Scott M. Brinker
President and Chief Investment Officer at Healthpeak Properties

Yes, we would do the whole thing together, but it could end up being several hundred thousand square feet. So I'm not sure we do all of that at one time. But there's a lot that will occur between now and when we make that decision, Michael, that I would say, let us come back to you on the specific plan.

Michael Albert Carroll
Analyst at RBC Capital

Okay. Great. Thank you.

Scott M. Brinker
President and Chief Investment Officer at Healthpeak Properties

Thanks, Michael.

Operator

The next question comes from Vikram Malhotra with Mizuho. Please go ahead.

Vikram L. Malhotra
Analyst at Mizuho Securities

Good morning. Thanks so much for taking the questions. Maybe just going back to where MOB cap rates are today, you referenced some of the 50 bp compression and maybe just revisit your thoughts maybe strategically, philosophically monetizing MOBs just given where pricing. It seems like it's hard to envision a scenario where MOB cap rates continue to move down yearly at least in my view. But how about thinking of using those proceeds for maybe more value-add opportunities in life sciences or maybe even a more riskier asset class, not talking to senior housing, but what about hospitals? It's a space you've been -- you've looked at in the past. So just considering -- I wanted to get your thoughts on MOB monetization and just using proceeds for other uses.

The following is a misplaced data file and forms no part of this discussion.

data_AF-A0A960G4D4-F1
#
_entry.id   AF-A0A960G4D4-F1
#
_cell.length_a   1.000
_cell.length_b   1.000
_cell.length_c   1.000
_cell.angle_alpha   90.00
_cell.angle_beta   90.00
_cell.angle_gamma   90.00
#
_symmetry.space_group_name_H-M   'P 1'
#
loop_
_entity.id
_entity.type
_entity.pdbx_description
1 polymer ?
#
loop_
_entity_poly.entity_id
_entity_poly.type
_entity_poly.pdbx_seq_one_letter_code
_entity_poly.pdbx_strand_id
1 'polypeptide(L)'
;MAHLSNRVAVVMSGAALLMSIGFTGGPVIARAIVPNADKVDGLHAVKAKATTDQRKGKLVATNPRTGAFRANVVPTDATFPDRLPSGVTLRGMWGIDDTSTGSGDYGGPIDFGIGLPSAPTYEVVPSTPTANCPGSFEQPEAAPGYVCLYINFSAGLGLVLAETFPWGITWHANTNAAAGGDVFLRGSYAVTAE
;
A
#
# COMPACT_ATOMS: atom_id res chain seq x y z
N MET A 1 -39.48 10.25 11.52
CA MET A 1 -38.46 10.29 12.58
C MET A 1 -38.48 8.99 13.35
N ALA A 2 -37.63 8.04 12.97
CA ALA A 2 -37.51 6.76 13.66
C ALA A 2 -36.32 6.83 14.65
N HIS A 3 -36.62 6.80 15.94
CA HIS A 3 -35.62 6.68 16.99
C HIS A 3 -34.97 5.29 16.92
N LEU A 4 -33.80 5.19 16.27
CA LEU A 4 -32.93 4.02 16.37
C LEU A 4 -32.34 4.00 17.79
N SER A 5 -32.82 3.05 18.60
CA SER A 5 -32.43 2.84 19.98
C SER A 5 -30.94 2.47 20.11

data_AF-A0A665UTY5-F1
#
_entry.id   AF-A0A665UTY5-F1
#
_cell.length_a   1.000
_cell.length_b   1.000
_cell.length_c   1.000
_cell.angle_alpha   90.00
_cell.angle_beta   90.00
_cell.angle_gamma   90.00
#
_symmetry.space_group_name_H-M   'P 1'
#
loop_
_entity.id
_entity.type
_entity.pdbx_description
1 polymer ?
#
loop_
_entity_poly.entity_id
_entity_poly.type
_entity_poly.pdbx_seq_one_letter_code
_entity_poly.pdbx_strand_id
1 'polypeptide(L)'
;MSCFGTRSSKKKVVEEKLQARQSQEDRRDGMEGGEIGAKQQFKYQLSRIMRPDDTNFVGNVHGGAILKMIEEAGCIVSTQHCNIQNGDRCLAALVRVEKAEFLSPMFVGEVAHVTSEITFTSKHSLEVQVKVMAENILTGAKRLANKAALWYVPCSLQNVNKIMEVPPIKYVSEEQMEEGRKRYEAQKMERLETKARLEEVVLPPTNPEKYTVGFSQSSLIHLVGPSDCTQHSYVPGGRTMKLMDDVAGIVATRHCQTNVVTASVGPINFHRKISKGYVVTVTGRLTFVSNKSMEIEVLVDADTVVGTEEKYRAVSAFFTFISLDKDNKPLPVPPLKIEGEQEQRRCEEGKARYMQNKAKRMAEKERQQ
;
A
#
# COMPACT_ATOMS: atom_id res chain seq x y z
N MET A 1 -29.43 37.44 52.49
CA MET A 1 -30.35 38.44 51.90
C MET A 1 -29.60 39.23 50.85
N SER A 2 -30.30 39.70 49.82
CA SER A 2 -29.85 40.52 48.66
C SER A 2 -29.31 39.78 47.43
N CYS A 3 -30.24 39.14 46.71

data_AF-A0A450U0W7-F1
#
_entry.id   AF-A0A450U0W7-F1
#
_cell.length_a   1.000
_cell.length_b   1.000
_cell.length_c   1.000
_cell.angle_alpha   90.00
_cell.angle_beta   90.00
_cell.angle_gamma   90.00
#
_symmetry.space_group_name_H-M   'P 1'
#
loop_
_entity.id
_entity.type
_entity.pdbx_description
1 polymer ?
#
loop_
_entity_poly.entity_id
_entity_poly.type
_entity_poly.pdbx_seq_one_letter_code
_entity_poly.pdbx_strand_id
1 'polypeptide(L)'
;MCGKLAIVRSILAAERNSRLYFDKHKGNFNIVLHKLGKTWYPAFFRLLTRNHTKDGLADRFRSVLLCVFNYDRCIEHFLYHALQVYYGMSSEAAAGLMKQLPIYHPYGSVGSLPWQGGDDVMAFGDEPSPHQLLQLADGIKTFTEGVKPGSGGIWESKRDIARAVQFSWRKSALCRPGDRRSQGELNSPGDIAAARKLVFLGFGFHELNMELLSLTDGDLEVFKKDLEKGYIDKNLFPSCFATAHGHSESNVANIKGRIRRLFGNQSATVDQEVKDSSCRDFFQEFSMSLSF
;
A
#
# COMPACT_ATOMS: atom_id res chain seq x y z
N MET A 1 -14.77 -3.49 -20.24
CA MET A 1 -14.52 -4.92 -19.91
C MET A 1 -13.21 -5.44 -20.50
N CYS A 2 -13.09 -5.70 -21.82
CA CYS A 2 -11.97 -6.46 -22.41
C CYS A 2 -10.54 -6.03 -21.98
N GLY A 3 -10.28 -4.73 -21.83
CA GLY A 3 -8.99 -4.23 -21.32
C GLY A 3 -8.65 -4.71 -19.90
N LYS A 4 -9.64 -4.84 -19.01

Thomas M. Herzog
Chief Executive Officer at Healthpeak Properties

Scott, why don't you start with the MOB cap rates and your view on value, and I'll take the rest.

Scott M. Brinker
President and Chief Investment Officer at Healthpeak Properties